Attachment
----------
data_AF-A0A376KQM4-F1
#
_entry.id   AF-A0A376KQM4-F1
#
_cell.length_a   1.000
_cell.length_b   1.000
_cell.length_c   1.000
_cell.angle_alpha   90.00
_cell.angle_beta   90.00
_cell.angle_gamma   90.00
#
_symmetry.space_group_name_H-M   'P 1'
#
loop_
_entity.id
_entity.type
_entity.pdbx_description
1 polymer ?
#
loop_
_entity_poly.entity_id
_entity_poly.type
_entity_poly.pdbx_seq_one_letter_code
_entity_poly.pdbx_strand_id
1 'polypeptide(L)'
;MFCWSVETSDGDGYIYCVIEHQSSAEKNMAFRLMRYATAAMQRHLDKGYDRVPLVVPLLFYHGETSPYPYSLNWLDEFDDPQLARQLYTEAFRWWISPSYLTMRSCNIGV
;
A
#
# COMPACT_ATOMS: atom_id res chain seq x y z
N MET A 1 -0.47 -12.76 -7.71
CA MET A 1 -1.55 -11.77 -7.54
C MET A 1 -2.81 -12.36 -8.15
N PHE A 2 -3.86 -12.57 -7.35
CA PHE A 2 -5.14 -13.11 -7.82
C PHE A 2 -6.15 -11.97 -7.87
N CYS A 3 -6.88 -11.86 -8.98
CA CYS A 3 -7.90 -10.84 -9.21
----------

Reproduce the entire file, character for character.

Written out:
data_AF-A0A376KQM4-F1
#
_entry.id   AF-A0A376KQM4-F1
#
_cell.length_a   1.000
_cell.length_b   1.000
_cell.length_c   1.000
_cell.angle_alpha   90.00
_cell.angle_beta   90.00
_cell.angle_gamma   90.00
#
_symmetry.space_group_name_H-M   'P 1'
#
loop_
_entity.id
_entity.type
_entity.pdbx_description
1 polymer ?
#
loop_
_entity_poly.entity_id
_entity_poly.type
_entity_poly.pdbx_seq_one_letter_code
_entity_poly.pdbx_strand_id
1 'polypeptide(L)'
;MFCWSVETSDGDGYIYCVIEHQSSAEKNMAFRLMRYATAAMQRHLDKGYDRVPLVVPLLFYHGETSPYPYSLNWLDEFDDPQLARQLYTEAFRWWISPSYLTMRSCNIGV
;
A
#
# COMPACT_ATOMS: atom_id res chain seq x y z
N MET A 1 -0.47 -12.76 -7.71
CA MET A 1 -1.55 -11.77 -7.54
C MET A 1 -2.81 -12.36 -8.15
N PHE A 2 -3.86 -12.57 -7.35
CA PHE A 2 -5.14 -13.11 -7.82
C PHE A 2 -6.15 -11.97 -7.87
N CYS A 3 -6.88 -11.86 -8.98
CA CYS A 3 -7.90 -10.84 -9.21